The New York City Department of Design and Construction has filed plans for a Bjarke Ingels-designed police station in the South Bronx that’s expected to cost $50 million.
The three-story building will rise at 567 East 149th Street, on the border between Mott Haven and Melrose. The station house will serve the 40th Precinct, which has the city’s highest murder rate but the fewest detectives assigned to each violent crime.
The precinct will move out of its current home, a three-story, 1920s Renaissance Revival building at 257 Alexander Avenue, and into the new building between East 149th Street, and St Ann’s, Westchester and Brook avenues. The site is currently an empty, city-owned lot next to the abandoned Port Morris branch of the New York and Harlem Railroad. This particular stretch was known as a heroin shooting gallery and homeless encampment, which was cleared out a year and a half ago by the city.
The finished police station will reach 60 feet into the air and span 49,000 square feet. The plans include a maintenance shop, changing rooms and offices in the cellar, followed by a lobby and rooms for prisoner processing, battery, records, property, evidence, vehicles and barricade storage on the first floor. There will also be a community training/muster room and a community meeting room on the first floor. The second floor will have conference rooms and more storage and evidence rooms, and the third floor will host offices, changing rooms and an officer lounge.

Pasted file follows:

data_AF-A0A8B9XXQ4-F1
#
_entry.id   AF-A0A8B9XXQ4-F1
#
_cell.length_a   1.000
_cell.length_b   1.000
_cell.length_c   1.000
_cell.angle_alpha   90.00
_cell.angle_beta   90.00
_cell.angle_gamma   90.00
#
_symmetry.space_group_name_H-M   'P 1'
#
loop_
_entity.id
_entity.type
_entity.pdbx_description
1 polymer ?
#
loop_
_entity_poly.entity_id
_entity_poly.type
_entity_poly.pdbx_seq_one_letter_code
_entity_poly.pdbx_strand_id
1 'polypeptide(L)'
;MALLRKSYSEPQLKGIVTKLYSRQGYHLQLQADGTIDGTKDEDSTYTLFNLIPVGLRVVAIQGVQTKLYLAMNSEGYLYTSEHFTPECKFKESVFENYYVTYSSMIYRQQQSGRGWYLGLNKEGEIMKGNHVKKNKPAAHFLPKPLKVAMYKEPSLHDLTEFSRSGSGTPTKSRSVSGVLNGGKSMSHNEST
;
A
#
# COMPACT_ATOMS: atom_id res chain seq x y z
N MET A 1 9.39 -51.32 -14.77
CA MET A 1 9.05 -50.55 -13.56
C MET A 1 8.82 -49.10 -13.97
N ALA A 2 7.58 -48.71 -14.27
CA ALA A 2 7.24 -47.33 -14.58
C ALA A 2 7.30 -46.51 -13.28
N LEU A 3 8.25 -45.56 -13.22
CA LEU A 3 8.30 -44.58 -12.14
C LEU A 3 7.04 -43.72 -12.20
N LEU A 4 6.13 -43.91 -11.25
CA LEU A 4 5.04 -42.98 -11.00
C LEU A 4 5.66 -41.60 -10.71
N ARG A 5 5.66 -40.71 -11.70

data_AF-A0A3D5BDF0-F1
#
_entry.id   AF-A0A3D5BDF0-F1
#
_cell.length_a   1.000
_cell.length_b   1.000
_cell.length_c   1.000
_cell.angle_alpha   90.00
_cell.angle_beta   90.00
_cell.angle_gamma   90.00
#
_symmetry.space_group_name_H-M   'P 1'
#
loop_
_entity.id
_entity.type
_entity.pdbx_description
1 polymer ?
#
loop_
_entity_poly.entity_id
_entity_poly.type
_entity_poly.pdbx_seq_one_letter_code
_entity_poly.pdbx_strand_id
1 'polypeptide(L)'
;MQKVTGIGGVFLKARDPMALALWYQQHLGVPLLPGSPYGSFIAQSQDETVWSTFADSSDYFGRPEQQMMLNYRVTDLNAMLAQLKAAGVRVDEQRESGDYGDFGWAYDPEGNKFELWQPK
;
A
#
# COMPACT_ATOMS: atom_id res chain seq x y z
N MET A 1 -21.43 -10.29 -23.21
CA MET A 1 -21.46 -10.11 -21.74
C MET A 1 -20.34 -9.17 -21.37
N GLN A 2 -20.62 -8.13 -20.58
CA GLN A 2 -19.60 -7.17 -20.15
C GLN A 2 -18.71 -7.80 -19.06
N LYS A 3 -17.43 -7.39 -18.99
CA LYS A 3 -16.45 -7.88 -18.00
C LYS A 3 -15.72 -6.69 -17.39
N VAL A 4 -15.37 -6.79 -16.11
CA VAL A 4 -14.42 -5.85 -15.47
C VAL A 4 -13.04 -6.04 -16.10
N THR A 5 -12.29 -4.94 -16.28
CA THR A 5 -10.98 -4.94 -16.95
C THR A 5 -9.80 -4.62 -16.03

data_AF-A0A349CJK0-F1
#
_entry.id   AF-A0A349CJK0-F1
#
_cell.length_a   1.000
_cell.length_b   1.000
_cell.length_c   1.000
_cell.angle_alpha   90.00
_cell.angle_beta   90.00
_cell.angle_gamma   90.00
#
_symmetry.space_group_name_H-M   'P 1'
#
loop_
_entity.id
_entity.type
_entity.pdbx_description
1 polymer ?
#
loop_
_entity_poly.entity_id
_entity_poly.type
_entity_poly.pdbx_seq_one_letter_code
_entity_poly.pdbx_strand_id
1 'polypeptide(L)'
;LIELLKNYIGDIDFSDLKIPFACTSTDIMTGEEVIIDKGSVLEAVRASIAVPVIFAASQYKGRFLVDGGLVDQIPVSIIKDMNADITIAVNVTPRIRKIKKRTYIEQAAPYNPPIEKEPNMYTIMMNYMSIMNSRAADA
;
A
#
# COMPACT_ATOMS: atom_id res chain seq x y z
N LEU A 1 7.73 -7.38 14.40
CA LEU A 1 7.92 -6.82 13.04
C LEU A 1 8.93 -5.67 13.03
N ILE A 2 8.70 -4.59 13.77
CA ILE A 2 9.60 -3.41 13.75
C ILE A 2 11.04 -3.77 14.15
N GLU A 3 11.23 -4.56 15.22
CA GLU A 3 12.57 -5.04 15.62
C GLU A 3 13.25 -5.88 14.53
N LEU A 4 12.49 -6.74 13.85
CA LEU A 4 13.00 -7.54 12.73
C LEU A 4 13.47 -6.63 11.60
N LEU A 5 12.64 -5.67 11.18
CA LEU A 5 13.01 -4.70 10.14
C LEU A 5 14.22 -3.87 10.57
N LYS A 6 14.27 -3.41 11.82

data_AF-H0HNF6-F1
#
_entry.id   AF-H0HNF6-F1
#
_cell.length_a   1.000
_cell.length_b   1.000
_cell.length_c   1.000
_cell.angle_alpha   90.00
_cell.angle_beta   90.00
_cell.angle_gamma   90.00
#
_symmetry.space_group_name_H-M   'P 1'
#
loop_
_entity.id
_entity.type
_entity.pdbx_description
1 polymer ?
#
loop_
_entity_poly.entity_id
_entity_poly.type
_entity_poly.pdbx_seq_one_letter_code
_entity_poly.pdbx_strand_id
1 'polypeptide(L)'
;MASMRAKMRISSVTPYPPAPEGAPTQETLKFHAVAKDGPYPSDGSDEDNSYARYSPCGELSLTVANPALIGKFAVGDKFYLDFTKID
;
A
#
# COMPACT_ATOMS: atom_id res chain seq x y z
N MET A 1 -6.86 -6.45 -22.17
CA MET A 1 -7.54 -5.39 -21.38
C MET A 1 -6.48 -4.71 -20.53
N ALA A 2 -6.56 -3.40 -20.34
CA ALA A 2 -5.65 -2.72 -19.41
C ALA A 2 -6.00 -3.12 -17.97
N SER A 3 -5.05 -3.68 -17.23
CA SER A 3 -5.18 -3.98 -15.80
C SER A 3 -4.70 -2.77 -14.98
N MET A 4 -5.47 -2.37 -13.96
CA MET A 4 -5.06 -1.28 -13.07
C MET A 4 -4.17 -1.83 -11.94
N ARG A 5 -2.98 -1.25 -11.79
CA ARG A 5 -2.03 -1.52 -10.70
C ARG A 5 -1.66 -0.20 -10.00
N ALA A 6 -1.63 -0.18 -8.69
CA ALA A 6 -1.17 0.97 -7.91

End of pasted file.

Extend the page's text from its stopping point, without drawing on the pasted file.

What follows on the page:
It will be the first NYPD precinct to include a green roof and a community meeting room, which will have a separate entrance. There will also be a courtyard and training area with climbing walls. The interior will incorporate a three-story atrium, allowing total surveillance from the main desk, and channeling light into the building’s core.
The project has been in the works since 2008, when the city tapped Alexander Gorlin to design a more traditional station house. Since then, the cost of design and construction has nearly doubled from $29 million to $50 million, the Daily News reported last year. The design is meant to resemble a series of stacked bricks, and the exterior will be clad in sandblasted concrete and perforated metal panels, among other materials.